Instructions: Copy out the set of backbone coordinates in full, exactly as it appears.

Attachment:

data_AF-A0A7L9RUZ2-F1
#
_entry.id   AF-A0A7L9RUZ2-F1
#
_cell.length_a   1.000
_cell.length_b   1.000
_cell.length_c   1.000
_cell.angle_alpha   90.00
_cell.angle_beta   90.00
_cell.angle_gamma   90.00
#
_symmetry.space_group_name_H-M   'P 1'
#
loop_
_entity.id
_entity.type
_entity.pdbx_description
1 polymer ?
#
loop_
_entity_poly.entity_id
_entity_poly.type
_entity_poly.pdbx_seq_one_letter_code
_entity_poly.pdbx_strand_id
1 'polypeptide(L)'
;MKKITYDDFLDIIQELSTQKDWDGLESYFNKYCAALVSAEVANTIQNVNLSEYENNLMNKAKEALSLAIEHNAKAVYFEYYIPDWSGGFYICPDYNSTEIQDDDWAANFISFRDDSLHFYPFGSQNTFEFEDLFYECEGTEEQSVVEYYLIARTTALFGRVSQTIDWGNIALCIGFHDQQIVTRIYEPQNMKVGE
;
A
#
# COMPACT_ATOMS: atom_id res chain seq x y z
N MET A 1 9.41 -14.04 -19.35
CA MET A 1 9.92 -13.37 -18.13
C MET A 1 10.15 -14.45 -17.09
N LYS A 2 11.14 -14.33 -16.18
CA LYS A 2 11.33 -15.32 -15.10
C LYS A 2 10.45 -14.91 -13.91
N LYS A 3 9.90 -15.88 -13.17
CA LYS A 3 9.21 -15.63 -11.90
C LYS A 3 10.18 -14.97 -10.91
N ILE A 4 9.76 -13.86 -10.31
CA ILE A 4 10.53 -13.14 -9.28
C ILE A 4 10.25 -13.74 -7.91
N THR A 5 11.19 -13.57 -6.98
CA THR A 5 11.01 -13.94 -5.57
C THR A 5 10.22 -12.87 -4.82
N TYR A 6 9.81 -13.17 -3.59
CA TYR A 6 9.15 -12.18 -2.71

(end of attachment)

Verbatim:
data_AF-A0A7L9RUZ2-F1
#
_entry.id   AF-A0A7L9RUZ2-F1
#
_cell.length_a   1.000
_cell.length_b   1.000
_cell.length_c   1.000
_cell.angle_alpha   90.00
_cell.angle_beta   90.00
_cell.angle_gamma   90.00
#
_symmetry.space_group_name_H-M   'P 1'
#
loop_
_entity.id
_entity.type
_entity.pdbx_description
1 polymer ?
#
loop_
_entity_poly.entity_id
_entity_poly.type
_entity_poly.pdbx_seq_one_letter_code
_entity_poly.pdbx_strand_id
1 'polypeptide(L)'
;MKKITYDDFLDIIQELSTQKDWDGLESYFNKYCAALVSAEVANTIQNVNLSEYENNLMNKAKEALSLAIEHNAKAVYFEYYIPDWSGGFYICPDYNSTEIQDDDWAANFISFRDDSLHFYPFGSQNTFEFEDLFYECEGTEEQSVVEYYLIARTTALFGRVSQTIDWGNIALCIGFHDQQIVTRIYEPQNMKVGE
;
A
#
# COMPACT_ATOMS: atom_id res chain seq x y z
N MET A 1 9.41 -14.04 -19.35
CA MET A 1 9.92 -13.37 -18.13
C MET A 1 10.15 -14.45 -17.09
N LYS A 2 11.14 -14.33 -16.18
CA LYS A 2 11.33 -15.32 -15.10
C LYS A 2 10.45 -14.91 -13.91
N LYS A 3 9.90 -15.88 -13.17
CA LYS A 3 9.21 -15.63 -11.90
C LYS A 3 10.18 -14.97 -10.91
N ILE A 4 9.76 -13.86 -10.31
CA ILE A 4 10.53 -13.14 -9.28
C ILE A 4 10.25 -13.74 -7.91
N THR A 5 11.19 -13.57 -6.98
CA THR A 5 11.01 -13.94 -5.57
C THR A 5 10.22 -12.87 -4.82
N TYR A 6 9.81 -13.17 -3.59
CA TYR A 6 9.15 -12.18 -2.71